People who suffer from a chronic illness are often also suffering from various mental health issues thereby compounding their overall health and state of mind.
Better Health Victoria states that a chronic illness means having to adjust to the demands of the illness and the therapy used to treat the condition.
There may be additional stresses, since chronic illness might change the way you live, see yourself and relate to others.
In an article published by the Robert Wood Johnson Foundation in January 2010 written by Dr Gary Anderson on chronic care, 145 million people, that is almost half of all Americans, were living with a chronic condition while 26 per cent aged 18 years and older suffered from a diagnosable mental disorder.
Arthritis, as a chronic condition, and depression, as a mental health illness, are leading causes of disability worldwide.
Other US research conducted by Drs Chapman, Perry and Strine found that associations exist between mental illness and cardiovascular disease, diabetes, obesity, asthma and arthritis.
For example, depression was found to co-occur in 17 per cent of cardiovascular cases, 23 per cent of cerebrovascular cases, 27 per cent of diabetes patients and in more than 40 per cent of individuals with cancer with the latter being confirmed by the American Heart Association.
The American Epilepsy Society sights many examples that exist of individuals with a chronic condition and an increased risk for mental illness such as the risk for tobacco use, which is about twice as high for those with mental illness compared to the general population.
Beyond Blue, through their website, states that it can be difficult to know whether you are feeling down because of your physical health or if you do actually have symptoms of depression or anxiety.
A sudden or unexpected health event, such as a heart attack, stroke, diagnosis of cancer, or other serious illness or injury may cause you to have feelings of shock, anger, grief, loss and sadness.
Although these feelings usually pass with time, they can cause ongoing stress, which could lead to a greater risk of you developing depression or anxiety.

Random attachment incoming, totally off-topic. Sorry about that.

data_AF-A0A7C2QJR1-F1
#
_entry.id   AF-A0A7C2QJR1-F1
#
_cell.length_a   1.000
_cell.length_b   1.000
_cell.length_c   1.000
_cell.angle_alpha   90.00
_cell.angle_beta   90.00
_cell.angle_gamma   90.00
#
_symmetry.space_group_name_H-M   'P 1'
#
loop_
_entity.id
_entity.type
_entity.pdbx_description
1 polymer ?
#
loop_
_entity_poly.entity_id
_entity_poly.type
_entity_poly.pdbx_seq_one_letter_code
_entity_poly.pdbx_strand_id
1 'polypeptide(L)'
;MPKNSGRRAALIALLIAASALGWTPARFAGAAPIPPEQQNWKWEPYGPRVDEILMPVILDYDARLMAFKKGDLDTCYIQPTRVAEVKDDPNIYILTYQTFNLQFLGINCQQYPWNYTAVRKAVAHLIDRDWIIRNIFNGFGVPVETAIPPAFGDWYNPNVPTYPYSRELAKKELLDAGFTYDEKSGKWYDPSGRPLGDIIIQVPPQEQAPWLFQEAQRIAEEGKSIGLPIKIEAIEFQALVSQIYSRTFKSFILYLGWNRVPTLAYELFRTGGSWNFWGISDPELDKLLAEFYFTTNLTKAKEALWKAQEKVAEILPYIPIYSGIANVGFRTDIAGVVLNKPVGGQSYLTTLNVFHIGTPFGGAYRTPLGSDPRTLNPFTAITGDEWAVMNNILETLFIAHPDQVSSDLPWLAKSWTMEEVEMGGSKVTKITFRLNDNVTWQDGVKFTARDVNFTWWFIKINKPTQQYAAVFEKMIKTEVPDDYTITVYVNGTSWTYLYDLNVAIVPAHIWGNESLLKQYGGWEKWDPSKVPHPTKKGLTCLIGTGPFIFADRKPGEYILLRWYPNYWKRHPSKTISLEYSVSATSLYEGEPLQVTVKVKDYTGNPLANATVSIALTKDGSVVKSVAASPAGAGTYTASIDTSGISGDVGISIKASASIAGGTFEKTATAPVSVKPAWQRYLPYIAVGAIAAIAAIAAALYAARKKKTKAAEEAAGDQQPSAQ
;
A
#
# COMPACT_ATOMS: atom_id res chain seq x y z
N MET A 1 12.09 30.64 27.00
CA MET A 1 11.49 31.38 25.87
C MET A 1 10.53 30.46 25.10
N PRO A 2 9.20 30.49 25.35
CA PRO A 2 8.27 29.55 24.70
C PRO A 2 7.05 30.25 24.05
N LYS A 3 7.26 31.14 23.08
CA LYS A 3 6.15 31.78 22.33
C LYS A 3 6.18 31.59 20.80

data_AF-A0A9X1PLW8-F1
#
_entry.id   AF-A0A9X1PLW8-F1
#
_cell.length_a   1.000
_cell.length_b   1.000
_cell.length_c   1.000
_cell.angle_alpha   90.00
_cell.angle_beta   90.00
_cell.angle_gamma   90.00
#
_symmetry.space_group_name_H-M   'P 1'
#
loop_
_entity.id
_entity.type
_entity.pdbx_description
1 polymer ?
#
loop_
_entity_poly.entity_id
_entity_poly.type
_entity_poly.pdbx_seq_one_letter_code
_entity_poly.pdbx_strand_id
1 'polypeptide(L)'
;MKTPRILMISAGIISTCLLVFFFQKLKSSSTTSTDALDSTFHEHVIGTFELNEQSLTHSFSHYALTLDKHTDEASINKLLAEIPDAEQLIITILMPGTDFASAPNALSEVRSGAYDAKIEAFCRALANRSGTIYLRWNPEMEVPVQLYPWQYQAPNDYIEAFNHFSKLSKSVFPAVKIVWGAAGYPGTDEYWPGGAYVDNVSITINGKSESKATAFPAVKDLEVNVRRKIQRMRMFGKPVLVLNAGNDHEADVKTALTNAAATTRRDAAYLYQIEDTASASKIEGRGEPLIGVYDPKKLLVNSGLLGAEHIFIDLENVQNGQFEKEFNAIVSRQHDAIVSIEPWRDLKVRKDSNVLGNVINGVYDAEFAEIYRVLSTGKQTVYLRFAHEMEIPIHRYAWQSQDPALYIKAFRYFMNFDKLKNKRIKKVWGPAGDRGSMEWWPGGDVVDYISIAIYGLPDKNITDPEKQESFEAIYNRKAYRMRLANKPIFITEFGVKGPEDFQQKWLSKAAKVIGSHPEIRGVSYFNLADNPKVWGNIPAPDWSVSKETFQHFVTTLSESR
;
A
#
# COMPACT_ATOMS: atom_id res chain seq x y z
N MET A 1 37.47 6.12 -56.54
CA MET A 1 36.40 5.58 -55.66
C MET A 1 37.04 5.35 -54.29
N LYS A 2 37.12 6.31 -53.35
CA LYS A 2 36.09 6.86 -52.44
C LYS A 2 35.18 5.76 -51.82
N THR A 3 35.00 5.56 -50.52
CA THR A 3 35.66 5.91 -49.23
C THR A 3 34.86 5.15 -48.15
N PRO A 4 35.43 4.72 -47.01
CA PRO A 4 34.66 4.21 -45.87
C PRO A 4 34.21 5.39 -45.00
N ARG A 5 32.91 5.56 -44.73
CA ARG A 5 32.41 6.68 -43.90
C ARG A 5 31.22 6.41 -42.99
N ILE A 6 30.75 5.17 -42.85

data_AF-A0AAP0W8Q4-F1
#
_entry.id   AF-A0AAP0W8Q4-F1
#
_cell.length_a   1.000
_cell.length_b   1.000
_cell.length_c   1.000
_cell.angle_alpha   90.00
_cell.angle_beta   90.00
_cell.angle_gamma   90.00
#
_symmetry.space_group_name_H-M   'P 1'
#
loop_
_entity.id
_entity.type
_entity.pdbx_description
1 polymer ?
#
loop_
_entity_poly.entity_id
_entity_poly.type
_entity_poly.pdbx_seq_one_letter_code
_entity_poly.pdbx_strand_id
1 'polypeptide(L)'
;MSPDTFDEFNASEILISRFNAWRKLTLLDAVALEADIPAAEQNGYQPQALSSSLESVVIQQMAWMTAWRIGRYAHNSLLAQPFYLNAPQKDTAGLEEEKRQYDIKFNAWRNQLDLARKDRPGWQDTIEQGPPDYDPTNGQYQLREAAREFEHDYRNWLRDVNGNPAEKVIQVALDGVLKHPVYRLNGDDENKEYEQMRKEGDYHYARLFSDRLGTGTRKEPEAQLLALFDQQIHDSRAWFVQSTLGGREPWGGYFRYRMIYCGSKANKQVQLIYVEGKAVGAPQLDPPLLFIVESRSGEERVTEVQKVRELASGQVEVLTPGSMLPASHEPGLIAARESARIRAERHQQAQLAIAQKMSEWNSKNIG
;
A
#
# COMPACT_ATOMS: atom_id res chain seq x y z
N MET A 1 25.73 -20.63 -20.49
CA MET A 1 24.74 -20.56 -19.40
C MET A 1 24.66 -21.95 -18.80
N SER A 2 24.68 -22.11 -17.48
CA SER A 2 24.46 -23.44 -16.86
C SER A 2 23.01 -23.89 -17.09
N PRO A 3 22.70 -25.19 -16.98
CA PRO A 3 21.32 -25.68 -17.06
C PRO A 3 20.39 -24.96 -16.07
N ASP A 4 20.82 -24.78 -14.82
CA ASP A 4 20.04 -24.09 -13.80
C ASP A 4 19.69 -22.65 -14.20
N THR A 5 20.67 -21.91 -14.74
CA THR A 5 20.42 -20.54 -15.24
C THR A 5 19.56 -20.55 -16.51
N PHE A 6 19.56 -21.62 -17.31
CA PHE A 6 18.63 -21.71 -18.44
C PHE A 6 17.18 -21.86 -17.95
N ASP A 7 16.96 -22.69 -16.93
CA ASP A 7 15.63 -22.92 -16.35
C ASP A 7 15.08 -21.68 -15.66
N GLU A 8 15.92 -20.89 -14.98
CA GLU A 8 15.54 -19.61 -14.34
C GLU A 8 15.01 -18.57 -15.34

In the Medical Journal of Australia (MJA), a study conducted by David Clarke and Kay Currie 2009, looked at the effects of depression and anxiety and their relationship with chronic diseases.
Some of their findings indicated that in any year, nearly 18 per cent of Australians have depression or anxiety and 43 per cent of these people have a physical illness.
Women with heart disease tended to report more symptoms of depression and anxiety than men while in people with cancer the prevalence of depression was estimated to be up to four times that of the general population.
Further, depression was diagnosed in hospitalised patients with various cardiac complications, while 60-70 per cent of patients were still depressed at one to four months whereas post-stroke depression rates were significantly high at 40 per cent beyond six months.
However, the National Institute of Mental Health points out that there are some risk factors directly related to having another illness.
For example, conditions such as Parkinson's disease and stroke cause changes in the brain.
In some cases, these changes may have a direct role in depression.
Sometimes certain medications used to treat the illness may trigger depression.
Depression may persist, even as a person's physical health improves.
A person should not dismiss depression as simply a normal part of having a chronic illness.
There are effective treatments for depression and can help even if you have another medical illness or condition.
Lifeline Australia suggests that it is important to surround yourself with positive and supportive people.
Try to find small things that you can enjoy every day, and set realistic short-term goals for yourself.
Even small goals such as a visit to a park or museum, or a phone call with a close friend can help you make the most of each day.
Chronic illness may be challenging but the effects of a well-supported program or therapist can provide at times welcomed mental health relief.
If you or someone you know is suffering from a chronic illness and is also struggling with their mental health contact your local GP, Mental Health Foundation of Australia (03) 9826 1422, Lifeline 131114 or ReachOut.com.
Dr Anthony Perrone is college counsellor at Trinity Anglican College. The views expressed in this column are Dr Perrone's and not necessarily those of Trinity Anglican College.